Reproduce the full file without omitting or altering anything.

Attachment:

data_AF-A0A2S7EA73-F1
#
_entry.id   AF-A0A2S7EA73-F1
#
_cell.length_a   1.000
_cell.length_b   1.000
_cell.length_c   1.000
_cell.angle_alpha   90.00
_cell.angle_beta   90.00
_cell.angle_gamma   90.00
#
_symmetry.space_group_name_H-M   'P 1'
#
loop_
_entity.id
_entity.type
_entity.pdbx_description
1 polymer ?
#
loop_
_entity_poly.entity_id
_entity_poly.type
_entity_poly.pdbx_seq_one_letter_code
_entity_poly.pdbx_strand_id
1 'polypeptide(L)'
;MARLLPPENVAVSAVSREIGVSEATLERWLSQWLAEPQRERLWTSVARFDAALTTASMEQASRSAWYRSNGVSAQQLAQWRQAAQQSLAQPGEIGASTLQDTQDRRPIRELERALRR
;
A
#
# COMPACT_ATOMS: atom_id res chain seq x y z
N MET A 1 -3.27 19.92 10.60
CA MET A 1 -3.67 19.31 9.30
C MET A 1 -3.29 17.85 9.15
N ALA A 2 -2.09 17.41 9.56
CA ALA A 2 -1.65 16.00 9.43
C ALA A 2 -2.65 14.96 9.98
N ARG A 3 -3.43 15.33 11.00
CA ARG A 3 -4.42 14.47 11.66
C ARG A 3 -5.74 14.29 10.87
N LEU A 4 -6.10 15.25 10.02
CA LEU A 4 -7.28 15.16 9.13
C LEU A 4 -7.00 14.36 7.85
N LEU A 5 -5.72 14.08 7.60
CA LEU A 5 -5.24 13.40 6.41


data_AF-A0A2S7EA73-F1
#
_entry.id   AF-A0A2S7EA73-F1
#
_cell.length_a   1.000
_cell.length_b   1.000
_cell.length_c   1.000
_cell.angle_alpha   90.00
_cell.angle_beta   90.00
_cell.angle_gamma   90.00
#
_symmetry.space_group_name_H-M   'P 1'
#
loop_
_entity.id
_entity.type
_entity.pdbx_description
1 polymer ?
#
loop_
_entity_poly.entity_id
_entity_poly.type
_entity_poly.pdbx_seq_one_letter_code
_entity_poly.pdbx_strand_id
1 'polypeptide(L)'
;MARLLPPENVAVSAVSREIGVSEATLERWLSQWLAEPQRERLWTSVARFDAALTTASMEQASRSAWYRSNGVSAQQLAQWRQAAQQSLAQPGEIGASTLQDTQDRRPIRELERALRR
;
A
#
# COMPACT_ATOMS: atom_id res chain seq x y z
N MET A 1 -3.27 19.92 10.60
CA MET A 1 -3.67 19.31 9.30
C MET A 1 -3.29 17.85 9.15
N ALA A 2 -2.09 17.41 9.56
CA ALA A 2 -1.65 16.00 9.43
C ALA A 2 -2.65 14.96 9.98
N ARG A 3 -3.43 15.33 11.00
CA ARG A 3 -4.42 14.47 11.66
C ARG A 3 -5.74 14.29 10.87
N LEU A 4 -6.10 15.25 10.02
CA LEU A 4 -7.28 15.16 9.13
C LEU A 4 -7.00 14.36 7.85
N LEU A 5 -5.72 14.08 7.60
CA LEU A 5 -5.24 13.40 6.41